When it comes to ESG disclosure, it’s become apparent that a lot of folks at the SEC don’t seem to approach the materiality concept in the traditional way. A recent speech by a senior Division of Enforcement official emphasized that point. Here’s an excerpt from a CFO Dive article on her remarks:
The Securities Exchange Commission (SEC) will look beyond the figures that underlie net income when determining whether a company is in compliance with the agency’s proposed climate risk disclosure rule, an SEC enforcement official said Tuesday. “If the company has really put a lot of emphasis in its marketing around, for example, what it’s doing in the climate space, those are ways that I think it can become material even if you don’t necessarily see that translate to the bottom line,” according to Carolyn Welshhans, associate director of the SEC’s Enforcement Division.
“Something can be material to a company — for example specific to that company’s business or its operations — not just as financial statements,” Welshhans said at Securities Enforcement Forum 2022 after noting that her comments did not necessarily reflect the view of the agency. “It’s not just quantitative — it’s not just ‘does something impact the bottom line.’”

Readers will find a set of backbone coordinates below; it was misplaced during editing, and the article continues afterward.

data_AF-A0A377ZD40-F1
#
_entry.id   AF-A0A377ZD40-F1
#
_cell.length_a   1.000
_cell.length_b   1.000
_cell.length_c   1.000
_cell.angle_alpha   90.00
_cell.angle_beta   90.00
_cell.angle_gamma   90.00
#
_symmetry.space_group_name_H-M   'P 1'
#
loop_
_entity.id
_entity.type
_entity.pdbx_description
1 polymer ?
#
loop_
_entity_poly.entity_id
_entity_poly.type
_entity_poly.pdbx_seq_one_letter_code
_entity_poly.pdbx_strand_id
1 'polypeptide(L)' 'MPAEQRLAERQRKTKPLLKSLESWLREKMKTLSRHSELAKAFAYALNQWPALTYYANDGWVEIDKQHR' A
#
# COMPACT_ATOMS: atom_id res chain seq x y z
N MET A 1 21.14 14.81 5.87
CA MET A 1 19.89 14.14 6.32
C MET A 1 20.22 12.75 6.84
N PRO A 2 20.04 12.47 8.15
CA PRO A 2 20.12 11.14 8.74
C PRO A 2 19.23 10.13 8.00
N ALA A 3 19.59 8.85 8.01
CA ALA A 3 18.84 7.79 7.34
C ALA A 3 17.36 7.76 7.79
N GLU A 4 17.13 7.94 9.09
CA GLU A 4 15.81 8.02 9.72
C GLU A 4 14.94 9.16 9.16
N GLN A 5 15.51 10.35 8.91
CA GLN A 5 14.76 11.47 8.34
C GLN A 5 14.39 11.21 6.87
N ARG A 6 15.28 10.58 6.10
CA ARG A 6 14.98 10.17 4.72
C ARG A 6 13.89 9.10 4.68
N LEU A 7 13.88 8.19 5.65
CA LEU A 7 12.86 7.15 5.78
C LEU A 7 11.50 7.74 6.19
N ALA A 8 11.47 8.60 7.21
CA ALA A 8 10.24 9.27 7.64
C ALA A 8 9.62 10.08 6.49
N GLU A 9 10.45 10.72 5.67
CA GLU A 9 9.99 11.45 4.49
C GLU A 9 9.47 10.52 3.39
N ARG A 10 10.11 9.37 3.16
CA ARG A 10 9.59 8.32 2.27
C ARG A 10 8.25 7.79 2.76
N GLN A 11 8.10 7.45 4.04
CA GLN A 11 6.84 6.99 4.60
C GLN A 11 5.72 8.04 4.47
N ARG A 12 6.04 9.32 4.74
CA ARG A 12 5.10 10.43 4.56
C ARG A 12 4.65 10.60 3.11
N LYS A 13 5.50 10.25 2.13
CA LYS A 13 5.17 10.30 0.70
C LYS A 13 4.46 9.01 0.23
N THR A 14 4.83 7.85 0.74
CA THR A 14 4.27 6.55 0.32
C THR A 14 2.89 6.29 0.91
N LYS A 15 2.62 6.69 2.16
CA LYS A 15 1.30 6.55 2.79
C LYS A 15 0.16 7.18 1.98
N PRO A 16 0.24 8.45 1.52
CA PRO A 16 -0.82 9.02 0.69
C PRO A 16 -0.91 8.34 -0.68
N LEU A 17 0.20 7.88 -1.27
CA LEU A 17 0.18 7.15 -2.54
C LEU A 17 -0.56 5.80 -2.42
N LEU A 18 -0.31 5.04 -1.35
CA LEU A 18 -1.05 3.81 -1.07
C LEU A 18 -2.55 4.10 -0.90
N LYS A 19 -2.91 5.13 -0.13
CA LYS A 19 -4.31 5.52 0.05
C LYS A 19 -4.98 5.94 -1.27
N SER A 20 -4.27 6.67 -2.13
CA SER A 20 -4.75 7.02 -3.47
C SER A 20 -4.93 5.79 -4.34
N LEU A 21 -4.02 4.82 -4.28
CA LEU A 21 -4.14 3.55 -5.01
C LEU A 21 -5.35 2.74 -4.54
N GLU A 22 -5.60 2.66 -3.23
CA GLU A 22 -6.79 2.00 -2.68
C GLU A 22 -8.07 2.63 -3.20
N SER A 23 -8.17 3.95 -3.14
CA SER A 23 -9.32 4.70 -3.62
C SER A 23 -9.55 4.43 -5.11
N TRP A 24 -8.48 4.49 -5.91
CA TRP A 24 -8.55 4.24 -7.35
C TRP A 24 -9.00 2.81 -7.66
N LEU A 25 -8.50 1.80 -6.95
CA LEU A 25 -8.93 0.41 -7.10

The idea that financial materiality involves both quantitative and qualitative considerations is something that the Staff has made clear since at least the time that SAB 99 was issued. But I think there needs to be some connection to a statement’s impact on a reasonable investor, and I’m not sure that the example of ESG-related puffery around a marketing campaign makes that connection. That kind of position risks unmooring materiality entirely from financial considerations, which I think will ultimately undermine the SEC’s credibility as a financial regulator.
On the other hand, who cares what I think? This is where we are, and companies need to act accordingly when it comes to ESG disclosure. I think the article’s quote from Kelly Gibson of Morgan Lewis, who previously led the SEC’s Climate & ESG Task Force, sums up the way companies should approach ESG-related statements in the current environment:
“If you’re making a statement about ESG [environmental, social and governance performance], the SEC is going to consider it to be material. . . I know that’s a blanket generalization, but at least from what I’m seeing that’s not a point to argue with the SEC.”
– John Jenkins